GlaxoSmithKline fund leads $40M investment in Saluda, setting it up to bring bioelectronic medicine to market

Sydney, Australia, close to where Saluda is based--Courtesy of Diliff [CC BY-SA 3.0]

Saluda Medical has raised $40 million in a round led by a GlaxoSmithKline VC fund. The series D gives Saluda the means to take its spinal cord stimulation (SCS) device through a pivotal trial in the U.S. while commercializing it in Europe and its home country, Australia.

Sydney, Australia-based Saluda has built its nascent business on Evoke SCS. The device uses closed loop neuromodulation technology to both monitor signals travelling along the spine and stimulate the body itself. While other SCS systems make patients adjust the stimulation they emit, Saluda’s Evoke is designed to measure the body’s response to its output and automatically adjust the level in light of this feedback and its knowledge of the user’s preferences.

The potential of the technology has turned heads. New investor Action Potential Venture Capital (APVC) led the round. APVC was founded by GSK in 2013 to invest in bioelectronic medicines. This emerging class of medicines consists of devices that, like Evolve, monitor and correct the electrical signals that move through the body’s nervous system.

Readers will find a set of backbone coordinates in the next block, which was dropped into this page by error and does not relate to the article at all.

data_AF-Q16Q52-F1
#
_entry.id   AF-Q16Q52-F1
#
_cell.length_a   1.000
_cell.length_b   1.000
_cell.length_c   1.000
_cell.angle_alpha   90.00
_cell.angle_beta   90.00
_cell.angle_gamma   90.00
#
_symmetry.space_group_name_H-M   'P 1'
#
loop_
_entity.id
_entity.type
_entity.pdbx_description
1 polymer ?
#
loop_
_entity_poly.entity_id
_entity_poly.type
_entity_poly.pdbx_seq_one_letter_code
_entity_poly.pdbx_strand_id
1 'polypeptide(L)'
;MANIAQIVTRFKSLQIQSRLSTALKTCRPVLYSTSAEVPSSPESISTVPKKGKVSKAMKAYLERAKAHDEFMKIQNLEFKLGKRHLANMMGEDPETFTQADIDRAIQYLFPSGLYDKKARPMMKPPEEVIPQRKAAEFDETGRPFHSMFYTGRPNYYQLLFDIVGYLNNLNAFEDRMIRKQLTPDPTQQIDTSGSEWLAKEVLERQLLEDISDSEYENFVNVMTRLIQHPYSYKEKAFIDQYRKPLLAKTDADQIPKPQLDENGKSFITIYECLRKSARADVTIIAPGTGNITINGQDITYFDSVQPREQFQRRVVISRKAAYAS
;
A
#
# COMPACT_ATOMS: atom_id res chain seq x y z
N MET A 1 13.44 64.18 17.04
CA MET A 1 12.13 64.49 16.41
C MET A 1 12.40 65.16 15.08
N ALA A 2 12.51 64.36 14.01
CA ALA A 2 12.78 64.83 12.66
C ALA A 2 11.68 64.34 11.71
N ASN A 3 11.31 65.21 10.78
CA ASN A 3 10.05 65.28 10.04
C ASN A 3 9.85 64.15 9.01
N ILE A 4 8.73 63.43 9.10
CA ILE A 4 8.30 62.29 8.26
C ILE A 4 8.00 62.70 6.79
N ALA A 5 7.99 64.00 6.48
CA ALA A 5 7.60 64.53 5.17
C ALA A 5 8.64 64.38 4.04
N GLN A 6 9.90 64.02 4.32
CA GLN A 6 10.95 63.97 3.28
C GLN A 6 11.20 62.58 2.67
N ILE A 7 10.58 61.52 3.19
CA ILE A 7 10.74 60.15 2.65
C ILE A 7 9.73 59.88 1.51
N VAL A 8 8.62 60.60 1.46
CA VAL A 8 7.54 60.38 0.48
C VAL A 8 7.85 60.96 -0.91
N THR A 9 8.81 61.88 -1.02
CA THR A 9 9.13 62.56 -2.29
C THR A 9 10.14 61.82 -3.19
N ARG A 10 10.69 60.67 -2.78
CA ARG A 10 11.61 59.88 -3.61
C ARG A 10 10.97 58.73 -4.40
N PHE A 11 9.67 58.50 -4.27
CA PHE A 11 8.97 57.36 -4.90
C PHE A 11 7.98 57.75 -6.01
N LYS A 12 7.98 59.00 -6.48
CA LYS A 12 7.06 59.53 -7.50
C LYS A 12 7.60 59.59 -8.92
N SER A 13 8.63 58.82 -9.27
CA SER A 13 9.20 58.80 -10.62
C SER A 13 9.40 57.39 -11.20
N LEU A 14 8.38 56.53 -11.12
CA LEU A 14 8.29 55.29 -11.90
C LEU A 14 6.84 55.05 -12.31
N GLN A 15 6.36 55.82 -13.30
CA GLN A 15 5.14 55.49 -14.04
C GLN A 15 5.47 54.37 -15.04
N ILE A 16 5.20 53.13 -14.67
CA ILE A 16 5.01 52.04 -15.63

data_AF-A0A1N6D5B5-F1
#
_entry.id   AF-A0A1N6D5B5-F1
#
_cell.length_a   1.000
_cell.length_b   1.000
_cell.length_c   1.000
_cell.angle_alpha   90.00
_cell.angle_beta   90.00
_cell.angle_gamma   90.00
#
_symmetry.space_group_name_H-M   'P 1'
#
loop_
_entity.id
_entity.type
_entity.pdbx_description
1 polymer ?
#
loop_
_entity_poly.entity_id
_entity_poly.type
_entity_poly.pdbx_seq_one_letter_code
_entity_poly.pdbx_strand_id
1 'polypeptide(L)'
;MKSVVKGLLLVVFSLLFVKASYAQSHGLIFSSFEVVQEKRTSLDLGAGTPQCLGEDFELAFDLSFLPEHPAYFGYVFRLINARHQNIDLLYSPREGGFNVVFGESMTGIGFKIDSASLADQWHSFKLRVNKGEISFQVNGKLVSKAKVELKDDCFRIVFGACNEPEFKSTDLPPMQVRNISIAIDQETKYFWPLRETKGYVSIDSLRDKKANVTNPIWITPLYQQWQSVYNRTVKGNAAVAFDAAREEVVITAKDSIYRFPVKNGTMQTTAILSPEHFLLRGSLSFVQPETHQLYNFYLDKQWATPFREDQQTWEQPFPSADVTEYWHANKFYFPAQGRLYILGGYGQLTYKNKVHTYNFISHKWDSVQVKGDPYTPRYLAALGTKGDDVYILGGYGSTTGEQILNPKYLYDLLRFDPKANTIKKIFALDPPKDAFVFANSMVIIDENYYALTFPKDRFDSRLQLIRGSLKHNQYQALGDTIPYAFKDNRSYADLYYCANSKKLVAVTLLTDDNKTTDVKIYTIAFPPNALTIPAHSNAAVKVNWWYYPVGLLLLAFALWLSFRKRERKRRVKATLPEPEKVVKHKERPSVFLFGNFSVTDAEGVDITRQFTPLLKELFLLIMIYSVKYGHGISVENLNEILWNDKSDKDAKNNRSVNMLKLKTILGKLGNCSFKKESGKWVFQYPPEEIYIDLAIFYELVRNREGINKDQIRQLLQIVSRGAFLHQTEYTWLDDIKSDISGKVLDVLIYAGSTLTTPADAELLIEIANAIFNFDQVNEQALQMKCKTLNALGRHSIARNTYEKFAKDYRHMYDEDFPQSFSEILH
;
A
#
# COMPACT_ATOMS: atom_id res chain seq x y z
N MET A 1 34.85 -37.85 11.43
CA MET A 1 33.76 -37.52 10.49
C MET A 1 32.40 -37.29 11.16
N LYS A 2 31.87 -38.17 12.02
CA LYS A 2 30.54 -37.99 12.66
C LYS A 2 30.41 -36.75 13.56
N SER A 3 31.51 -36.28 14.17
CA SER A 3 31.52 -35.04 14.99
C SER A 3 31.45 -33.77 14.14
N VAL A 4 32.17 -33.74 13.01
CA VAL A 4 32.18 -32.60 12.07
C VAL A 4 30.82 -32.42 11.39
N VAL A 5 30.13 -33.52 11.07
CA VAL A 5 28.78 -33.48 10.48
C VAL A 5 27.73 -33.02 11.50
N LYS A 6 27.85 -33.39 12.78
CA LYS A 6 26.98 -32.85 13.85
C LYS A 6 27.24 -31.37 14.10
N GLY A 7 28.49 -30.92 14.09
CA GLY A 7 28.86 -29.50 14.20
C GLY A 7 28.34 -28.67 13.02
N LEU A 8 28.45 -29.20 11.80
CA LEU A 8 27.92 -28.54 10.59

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“Saluda has developed the first therapeutic device that is designed to both constantly read and modulate signals on the spinal cord to treat chronic pain,” APVC partner Juan-Pablo Mas said in a statement. “We are encouraged by the international clinical results to date, and believe Saluda's technology can potentially provide various clinical benefits to patients.”

APVC was joined in the round by existing investors including Medtronic. Saluda last disclosed a financing round in 2015 when Biosciences Managers led a $10 million series B investment.

Saluda will use the new money to complete the randomized, double-blind clinical trial it thinks will enable it to enter the U.S. market. The 11-site clinical trial is enrolling 134 people with chronic, intractable pain and randomizing them to receive either Evolve or a device that requires manual stimulation. Saluda is hoping Evolve will outperform the comparator against an endpoint that looks at pain scores and use in pain medication after three months.

In parallel, Saluda is working to bring the device to market in the European Union and Australia. Saluda thinks it already has the data it needs to win approval in those markets. If Saluda makes a success of Evolve, it will mark another step forward for the field of bioelectronic medicines.

Interest in the approach and belief in its potential to establish itself as a third treatment option alongside drugs and medical devices have grown in recent years, in part because of GSK’s interest in the field. APVC has now invested in seven companies. And GSK itself teamed up with Google’s Verily to create and invest around $700 million in a bioelectronics joint venture.

Saluda, working with the Pain Management Research Institute at the University of Sydney, has established itself at forefront of the sector. Now it has the financial clout to push Evolve past the final barriers between it and the market.

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